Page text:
Undertreatment of Cancer-Related Pain May Be Tied to Physicians' Fear of Addiction to Drugs

February 1, 1995
Oncology NEWS International, Oncology NEWS International Vol 4 No 2, Volume 4, Issue 2

NEW YORK--Physicians and patients contribute to undertreatment of both cancer-related and acute noncancer pain because of unwarranted fear of addiction to pain medications, according to an expert on pain management.

NEW YORK--Physicians and patients contribute to undertreatmentof both cancer-related and acute noncancer pain because of unwarrantedfear of addiction to pain medications, according to an experton pain management.

Despite well-documented evidence that patients are routinely undermedicated,ineffective pain control continues to compromise recovery andquality of life for cancer patients during and after treatment.In fact, said Seddon Savage, MD, director, Outpatient Pain Clinic,Dartmouth-Hitchcock Medical Center, fear of addiction is usuallyunfounded.

"The use of opioids in pain management is permeated withmythology, controversy, and many misunderstandings," shesaid at a media briefing on pain, sponsored by the American MedicalAssociation and Ortho-McNeil Pharmaceutical. She added that oversightby regulatory authorities further inhibits physicians in the useof these drugs.

Dr. Savage said that the fear of addiction is largely unwarranted,since individuals without a history of addictive disease rarelybecome addicted to medication for pain. "Most addicted individualshave a prior personal or family history of addiction of some type,"she said, adding that these individuals likely have a biogeneticpredisposition to addictive disease.

About 10% of the American population has an underlying addictivedisorder, and individuals with one substance dependency are atincreased risk for becoming addicted to another, she noted.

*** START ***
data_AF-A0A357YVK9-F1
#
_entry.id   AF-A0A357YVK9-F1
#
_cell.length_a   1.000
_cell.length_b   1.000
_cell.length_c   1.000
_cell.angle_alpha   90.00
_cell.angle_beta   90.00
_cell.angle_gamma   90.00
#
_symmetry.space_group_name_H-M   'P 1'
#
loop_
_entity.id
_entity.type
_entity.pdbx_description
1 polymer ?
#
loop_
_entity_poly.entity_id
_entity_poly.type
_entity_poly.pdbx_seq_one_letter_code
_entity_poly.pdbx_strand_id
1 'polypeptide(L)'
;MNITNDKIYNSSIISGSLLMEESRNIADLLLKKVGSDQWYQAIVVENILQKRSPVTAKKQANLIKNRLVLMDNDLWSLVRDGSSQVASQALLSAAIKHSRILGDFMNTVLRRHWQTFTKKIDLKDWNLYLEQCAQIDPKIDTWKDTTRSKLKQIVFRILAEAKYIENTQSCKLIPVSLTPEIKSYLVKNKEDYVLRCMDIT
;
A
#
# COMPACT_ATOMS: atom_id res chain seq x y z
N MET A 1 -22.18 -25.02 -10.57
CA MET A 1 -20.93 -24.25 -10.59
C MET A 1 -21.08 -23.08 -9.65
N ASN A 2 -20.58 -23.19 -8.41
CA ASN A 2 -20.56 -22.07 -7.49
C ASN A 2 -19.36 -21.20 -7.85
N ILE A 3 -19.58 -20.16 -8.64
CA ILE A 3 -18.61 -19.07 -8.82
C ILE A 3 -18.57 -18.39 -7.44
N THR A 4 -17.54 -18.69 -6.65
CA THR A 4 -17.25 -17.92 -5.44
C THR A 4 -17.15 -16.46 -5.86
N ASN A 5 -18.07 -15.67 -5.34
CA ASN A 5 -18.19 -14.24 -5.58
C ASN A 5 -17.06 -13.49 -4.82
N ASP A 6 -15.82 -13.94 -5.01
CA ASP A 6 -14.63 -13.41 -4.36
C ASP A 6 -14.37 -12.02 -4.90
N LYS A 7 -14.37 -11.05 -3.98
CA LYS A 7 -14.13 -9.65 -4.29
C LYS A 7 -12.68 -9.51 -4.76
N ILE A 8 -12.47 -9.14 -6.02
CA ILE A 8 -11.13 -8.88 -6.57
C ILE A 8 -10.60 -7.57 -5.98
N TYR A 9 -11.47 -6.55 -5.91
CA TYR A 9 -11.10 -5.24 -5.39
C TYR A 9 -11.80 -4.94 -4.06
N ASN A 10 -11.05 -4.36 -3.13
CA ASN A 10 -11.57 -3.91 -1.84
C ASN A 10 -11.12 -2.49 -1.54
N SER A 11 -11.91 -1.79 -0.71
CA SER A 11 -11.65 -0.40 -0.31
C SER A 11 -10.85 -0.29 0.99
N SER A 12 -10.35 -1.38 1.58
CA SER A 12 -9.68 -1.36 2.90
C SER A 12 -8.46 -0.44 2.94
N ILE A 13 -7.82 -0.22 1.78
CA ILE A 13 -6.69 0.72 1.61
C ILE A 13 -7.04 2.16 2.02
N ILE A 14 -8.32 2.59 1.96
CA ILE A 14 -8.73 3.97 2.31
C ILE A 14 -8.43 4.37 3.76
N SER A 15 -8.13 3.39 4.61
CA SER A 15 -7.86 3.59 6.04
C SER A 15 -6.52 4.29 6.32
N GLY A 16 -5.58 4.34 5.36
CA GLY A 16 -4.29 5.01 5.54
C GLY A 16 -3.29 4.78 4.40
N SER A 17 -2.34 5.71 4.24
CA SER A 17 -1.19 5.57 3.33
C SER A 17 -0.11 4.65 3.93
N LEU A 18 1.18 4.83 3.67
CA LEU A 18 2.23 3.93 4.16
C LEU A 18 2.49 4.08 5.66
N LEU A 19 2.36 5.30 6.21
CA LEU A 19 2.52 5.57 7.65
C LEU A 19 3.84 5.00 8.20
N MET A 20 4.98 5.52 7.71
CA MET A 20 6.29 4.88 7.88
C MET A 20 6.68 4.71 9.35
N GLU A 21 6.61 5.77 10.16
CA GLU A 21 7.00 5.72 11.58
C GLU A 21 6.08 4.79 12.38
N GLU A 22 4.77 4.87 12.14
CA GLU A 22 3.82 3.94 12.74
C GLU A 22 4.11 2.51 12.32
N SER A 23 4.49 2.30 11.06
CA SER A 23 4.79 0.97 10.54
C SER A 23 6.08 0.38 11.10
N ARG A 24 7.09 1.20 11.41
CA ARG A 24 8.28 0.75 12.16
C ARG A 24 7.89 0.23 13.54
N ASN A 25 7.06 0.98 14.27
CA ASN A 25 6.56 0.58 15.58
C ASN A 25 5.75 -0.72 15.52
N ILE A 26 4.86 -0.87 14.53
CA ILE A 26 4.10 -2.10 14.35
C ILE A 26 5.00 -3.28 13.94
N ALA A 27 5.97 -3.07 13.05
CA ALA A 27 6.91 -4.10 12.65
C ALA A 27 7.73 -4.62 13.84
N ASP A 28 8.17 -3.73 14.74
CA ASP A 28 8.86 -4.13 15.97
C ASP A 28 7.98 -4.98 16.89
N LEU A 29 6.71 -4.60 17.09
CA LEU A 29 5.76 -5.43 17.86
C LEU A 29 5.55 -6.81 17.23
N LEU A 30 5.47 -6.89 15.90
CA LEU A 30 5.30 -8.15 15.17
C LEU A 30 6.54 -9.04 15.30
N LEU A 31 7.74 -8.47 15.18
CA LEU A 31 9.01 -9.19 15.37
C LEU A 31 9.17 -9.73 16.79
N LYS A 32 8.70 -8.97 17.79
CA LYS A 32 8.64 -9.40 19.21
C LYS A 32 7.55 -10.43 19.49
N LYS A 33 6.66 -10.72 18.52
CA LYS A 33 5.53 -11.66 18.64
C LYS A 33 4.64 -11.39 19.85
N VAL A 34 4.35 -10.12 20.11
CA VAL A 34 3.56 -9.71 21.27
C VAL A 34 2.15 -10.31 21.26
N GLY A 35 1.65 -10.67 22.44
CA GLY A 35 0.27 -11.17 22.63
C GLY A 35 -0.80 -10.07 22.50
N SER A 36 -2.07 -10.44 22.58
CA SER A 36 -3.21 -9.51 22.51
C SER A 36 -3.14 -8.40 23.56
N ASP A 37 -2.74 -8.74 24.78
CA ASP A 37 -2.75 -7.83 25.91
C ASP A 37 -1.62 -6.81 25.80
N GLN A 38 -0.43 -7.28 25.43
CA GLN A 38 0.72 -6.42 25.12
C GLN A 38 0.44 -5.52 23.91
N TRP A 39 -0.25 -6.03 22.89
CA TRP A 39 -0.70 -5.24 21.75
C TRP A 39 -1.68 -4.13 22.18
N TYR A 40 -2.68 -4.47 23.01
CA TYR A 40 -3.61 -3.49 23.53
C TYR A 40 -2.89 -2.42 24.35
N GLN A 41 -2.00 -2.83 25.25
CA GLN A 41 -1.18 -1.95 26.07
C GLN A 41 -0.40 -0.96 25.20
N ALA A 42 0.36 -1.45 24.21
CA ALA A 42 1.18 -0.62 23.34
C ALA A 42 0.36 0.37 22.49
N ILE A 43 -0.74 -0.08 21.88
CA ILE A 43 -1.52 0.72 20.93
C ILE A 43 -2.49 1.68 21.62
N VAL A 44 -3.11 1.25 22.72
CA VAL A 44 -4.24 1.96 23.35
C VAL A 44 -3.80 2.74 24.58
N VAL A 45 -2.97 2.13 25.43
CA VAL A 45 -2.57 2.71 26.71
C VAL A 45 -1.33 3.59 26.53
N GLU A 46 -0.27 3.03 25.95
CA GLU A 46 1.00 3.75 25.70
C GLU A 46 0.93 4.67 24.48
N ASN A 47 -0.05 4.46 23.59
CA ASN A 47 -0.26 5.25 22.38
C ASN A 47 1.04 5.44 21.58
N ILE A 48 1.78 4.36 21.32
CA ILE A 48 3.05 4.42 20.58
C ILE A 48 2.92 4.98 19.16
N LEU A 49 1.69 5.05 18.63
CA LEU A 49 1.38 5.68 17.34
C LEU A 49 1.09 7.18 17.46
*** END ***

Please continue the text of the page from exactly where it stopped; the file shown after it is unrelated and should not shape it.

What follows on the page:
Dr. Savage defined addiction to prescription medication as drug-seekingbehavior characterized by continued use of a drug despite adverseconsequences; preoccupation with obtaining and using the drugwhile failing to comply with other aspects of treatment; and aninability to control the use of medications, including use ofthe drug in higher doses and with greater frequency than the physicianhas prescribed.

Patients with severe pain may engage in drug-seeking behavior,but it differs from addiction in that such behavior ceases assoon as adequate pain control is achieved, she said.

Opioid pain medication can be used safely, even in high dosesand over an extended period of time, if patients are carefullyselected and drug use is consistently monitored. Dr. Savage saidthat cancer-related pain can be managed most effectively withopioids, and there is ample evidence that opioids should be usedaggressively in cancer patients.

Government Scrutiny

In most states, physicians who prescribe opioid pain medicationare subject to oversight by government agencies and medical licensingboards.

"Doctors who prescribe opioids aggressively for pain areheavily scrutinized. Although this is often appropriate, it hasa negative impact on pain control," Dr. Savage said, pointingto cumbersome record-keeping requirements in some states thatcan cause the patient to become a burden to the physician.

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